When cake is done, while cooling use a pastry brush to brush the warmed syrup over the top. Give each layer two to four brushings, allowing each to soak in.

When cake is cool, turn one upside down, out of pan and onto tray. Brush with more syrup (which may have come out more or less as water-consistency; that’s OK) but don’t allow it to get mushy. Do not turn the other yet.

Set aside.

For filling:

In saucepan or pot, boil water and set a large bowl that fits over the top that will hold all ingredients. Do not allow water to touch bottom of bowl.

In bowl, heat up cream and melt butter in it. When cream is hot but not boiling, slowly add the chocolate chips, adding more as the old ones melt.

Add flavor to taste.

When the entire mixture is liquid, remove a small amount (one soup bowl fill), cover and set in fridge. Add a bit more cream to the rest, put in separate bowl, cover and set in fridge. Allow to set completely (at least a few hours or overnight).

When totally set, take out the portion with more cream. Using a very strong metal spoon, take out teaspoon or tablespoon (whatever) size chunks and roll them into balls. Place balls on top of upturned cake until entire top is covered in balls (hee hee). Use any extra to fill in the gaps/valleys between the…balls.

Flip second cake on top of first cake. Brush with more syrup as above.

For icing:

This is easy. Make another steam-cooker with a bowl over a saucepan of boiling water and melt chocolate – I use a full bag of chips but you could safely use less.

Line area below cake with wax paper. Trust me.

When chocolate is melted, pour over top, using pastry brush to make sure it evenly coats the sides. Brush over sides when you have a nice thick coating on top.

Set aside, allow to cool completely.

When cool, use a sifter, fine sieve or even a ‘tea spoon’ for loose tea (the kind with holes) to finely sprinkle confectioner’s sugar and cocoa over the top. You could alternately use shaved chocolate or really whatever you want.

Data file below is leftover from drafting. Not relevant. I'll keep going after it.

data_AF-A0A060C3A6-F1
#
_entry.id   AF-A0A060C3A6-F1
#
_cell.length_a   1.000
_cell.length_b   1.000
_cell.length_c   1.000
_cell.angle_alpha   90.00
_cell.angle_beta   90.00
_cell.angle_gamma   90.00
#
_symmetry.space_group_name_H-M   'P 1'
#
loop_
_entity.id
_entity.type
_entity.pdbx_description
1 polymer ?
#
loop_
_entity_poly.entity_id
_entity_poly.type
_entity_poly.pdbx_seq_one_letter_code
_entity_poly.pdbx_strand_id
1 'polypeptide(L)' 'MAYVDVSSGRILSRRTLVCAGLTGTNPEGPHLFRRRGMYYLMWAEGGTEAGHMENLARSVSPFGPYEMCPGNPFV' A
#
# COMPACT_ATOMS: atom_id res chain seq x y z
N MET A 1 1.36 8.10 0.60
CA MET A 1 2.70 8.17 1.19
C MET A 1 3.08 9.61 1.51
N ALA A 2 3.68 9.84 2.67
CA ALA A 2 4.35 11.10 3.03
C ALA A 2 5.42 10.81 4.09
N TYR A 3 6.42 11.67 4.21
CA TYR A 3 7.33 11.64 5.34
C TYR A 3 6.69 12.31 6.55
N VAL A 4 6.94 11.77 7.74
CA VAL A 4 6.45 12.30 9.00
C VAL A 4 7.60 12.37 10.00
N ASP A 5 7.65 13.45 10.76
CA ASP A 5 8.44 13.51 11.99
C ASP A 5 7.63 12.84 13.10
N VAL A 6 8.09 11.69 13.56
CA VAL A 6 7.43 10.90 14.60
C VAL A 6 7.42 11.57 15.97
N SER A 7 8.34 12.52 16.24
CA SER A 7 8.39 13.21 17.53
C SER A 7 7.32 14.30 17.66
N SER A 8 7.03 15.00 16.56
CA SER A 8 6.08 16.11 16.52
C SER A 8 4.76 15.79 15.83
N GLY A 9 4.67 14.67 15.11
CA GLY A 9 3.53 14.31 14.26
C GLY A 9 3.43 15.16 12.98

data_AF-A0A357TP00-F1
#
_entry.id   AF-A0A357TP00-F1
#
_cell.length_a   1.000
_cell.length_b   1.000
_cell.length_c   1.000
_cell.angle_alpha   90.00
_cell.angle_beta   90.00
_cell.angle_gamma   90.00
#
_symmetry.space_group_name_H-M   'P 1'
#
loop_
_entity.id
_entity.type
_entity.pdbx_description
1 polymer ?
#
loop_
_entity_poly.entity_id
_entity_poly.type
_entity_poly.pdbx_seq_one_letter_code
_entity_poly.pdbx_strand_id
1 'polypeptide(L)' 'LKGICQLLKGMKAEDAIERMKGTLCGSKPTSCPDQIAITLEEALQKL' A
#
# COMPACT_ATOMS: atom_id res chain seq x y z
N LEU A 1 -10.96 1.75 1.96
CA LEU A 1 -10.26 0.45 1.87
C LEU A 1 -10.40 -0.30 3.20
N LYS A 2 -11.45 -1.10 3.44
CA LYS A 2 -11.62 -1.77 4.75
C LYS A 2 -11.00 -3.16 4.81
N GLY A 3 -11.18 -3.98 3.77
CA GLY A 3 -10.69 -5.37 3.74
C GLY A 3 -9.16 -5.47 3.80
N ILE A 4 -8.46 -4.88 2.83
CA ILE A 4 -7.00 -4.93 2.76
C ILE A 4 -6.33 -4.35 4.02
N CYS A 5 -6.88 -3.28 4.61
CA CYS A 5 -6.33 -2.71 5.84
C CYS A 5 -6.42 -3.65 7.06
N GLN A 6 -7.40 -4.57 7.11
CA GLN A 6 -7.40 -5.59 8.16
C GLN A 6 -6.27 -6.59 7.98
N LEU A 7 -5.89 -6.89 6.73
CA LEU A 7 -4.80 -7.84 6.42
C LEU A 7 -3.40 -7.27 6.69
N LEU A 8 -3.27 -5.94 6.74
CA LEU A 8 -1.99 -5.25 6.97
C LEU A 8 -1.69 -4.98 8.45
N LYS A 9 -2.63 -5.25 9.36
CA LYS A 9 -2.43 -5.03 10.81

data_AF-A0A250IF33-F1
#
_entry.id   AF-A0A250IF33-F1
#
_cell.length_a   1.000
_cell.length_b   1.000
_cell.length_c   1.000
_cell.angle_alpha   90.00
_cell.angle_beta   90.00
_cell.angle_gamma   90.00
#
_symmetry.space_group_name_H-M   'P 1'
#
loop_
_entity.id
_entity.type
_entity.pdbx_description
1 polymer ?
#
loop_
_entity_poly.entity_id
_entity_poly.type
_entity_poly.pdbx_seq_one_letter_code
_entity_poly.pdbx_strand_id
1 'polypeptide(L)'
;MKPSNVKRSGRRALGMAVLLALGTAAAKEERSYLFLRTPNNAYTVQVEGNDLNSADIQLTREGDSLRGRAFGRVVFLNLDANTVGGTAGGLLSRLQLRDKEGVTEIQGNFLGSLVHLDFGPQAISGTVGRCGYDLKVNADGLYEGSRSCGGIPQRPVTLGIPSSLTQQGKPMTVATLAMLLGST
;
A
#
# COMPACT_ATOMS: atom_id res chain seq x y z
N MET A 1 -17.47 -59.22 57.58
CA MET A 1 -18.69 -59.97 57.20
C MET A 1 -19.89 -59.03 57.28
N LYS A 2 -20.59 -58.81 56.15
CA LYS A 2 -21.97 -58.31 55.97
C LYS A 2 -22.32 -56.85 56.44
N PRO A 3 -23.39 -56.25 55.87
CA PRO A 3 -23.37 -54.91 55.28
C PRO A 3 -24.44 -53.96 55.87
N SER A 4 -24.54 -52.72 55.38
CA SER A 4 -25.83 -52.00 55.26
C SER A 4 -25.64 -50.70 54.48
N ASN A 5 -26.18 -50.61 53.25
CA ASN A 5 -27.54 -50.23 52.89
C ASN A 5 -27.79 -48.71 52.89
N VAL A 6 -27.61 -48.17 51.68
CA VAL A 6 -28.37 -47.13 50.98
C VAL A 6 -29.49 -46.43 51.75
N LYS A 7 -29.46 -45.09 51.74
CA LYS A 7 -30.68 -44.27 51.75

Take out the rest of the chocolate batter. Using a strong spoon, take out teaspoon sized chunks, roll into balls and coat balls in powder/crushed nuts (heh) of your choice. For the osmanthus cake, I use matcha tea powder with confectioner’s sugar. Use balls to decorate cake. I like to put them around the top with some cut strawberries, chocolate curls, cherries or nuts, and then squish a few at regular intervals between the two layers to hide any irregularity there. Then set a few around the bottom.

Peel away wax paper to reveal a cleanly decorated, beautiful cake.

Keep in fridge until ready to serve.

For ideas on how to decorate it, just Google images of "chocolate truffle cake" - many people are far more creative than I am. I like the cube cake with truffles up the side but that would require altering the recipe.

I used to have a picture of this cake but I apologize, it seems to have been lost in the transition between computers.

1 comment:

Alima Bell said...

Your website is fabulous. I love chocolate Truffle Cake. It is quite light but I love the combination but it really works as a plain chocolate truffle cake or with rum as Nigella specifies and yes with the rum soused sultanas. Thankyou! It’s in her dinner party cakes in the chocolate cake hall of fame. I think I need to spend more time next time & follow your advice. I can't wait to make this next week.